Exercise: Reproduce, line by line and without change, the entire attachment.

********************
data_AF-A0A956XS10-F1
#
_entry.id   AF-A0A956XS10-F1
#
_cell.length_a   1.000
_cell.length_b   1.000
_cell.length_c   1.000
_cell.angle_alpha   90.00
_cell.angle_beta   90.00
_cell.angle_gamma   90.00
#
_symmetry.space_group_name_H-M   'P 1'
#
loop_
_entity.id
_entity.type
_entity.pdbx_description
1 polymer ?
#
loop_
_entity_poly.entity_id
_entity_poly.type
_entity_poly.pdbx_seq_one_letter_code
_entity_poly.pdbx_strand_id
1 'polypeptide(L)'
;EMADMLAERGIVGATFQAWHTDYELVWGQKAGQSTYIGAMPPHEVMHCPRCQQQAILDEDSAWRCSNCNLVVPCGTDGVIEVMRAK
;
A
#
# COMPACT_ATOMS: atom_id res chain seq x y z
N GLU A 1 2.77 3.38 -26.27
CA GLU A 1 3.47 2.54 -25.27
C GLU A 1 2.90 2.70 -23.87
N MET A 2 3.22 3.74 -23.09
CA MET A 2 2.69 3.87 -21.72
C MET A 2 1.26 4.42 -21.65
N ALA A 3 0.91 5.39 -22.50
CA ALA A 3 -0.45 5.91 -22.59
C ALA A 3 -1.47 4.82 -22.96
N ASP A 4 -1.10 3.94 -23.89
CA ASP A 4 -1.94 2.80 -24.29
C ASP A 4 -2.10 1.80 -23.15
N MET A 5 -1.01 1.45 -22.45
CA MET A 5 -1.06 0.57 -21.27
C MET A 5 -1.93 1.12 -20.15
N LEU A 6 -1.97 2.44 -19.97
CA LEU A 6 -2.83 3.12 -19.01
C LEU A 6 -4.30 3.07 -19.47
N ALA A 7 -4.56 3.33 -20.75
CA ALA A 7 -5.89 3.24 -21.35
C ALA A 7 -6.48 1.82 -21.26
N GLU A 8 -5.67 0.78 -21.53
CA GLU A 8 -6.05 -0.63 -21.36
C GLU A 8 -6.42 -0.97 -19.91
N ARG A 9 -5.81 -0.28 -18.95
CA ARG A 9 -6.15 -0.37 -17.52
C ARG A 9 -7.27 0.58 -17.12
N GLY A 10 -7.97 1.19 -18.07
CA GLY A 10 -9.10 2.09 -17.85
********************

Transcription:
data_AF-A0A956XS10-F1
#
_entry.id   AF-A0A956XS10-F1
#
_cell.length_a   1.000
_cell.length_b   1.000
_cell.length_c   1.000
_cell.angle_alpha   90.00
_cell.angle_beta   90.00
_cell.angle_gamma   90.00
#
_symmetry.space_group_name_H-M   'P 1'
#
loop_
_entity.id
_entity.type
_entity.pdbx_description
1 polymer ?
#
loop_
_entity_poly.entity_id
_entity_poly.type
_entity_poly.pdbx_seq_one_letter_code
_entity_poly.pdbx_strand_id
1 'polypeptide(L)'
;EMADMLAERGIVGATFQAWHTDYELVWGQKAGQSTYIGAMPPHEVMHCPRCQQQAILDEDSAWRCSNCNLVVPCGTDGVIEVMRAK
;
A
#
# COMPACT_ATOMS: atom_id res chain seq x y z
N GLU A 1 2.77 3.38 -26.27
CA GLU A 1 3.47 2.54 -25.27
C GLU A 1 2.90 2.70 -23.87
N MET A 2 3.22 3.74 -23.09
CA MET A 2 2.69 3.87 -21.72
C MET A 2 1.26 4.42 -21.65
N ALA A 3 0.91 5.39 -22.50
CA ALA A 3 -0.45 5.91 -22.59
C ALA A 3 -1.47 4.82 -22.96
N ASP A 4 -1.10 3.94 -23.89
CA ASP A 4 -1.94 2.80 -24.29
C ASP A 4 -2.10 1.80 -23.15
N MET A 5 -1.01 1.45 -22.45
CA MET A 5 -1.06 0.57 -21.27
C MET A 5 -1.93 1.12 -20.15
N LEU A 6 -1.97 2.44 -19.97
CA LEU A 6 -2.83 3.12 -19.01
C LEU A 6 -4.30 3.07 -19.47
N ALA A 7 -4.56 3.33 -20.75
CA ALA A 7 -5.89 3.24 -21.35
C ALA A 7 -6.48 1.82 -21.26
N GLU A 8 -5.67 0.78 -21.53
CA GLU A 8 -6.05 -0.63 -21.36
C GLU A 8 -6.42 -0.97 -19.91
N ARG A 9 -5.81 -0.28 -18.95
CA ARG A 9 -6.15 -0.37 -17.52
C ARG A 9 -7.27 0.58 -17.12
N GLY A 10 -7.97 1.19 -18.07
CA GLY A 10 -9.10 2.09 -17.85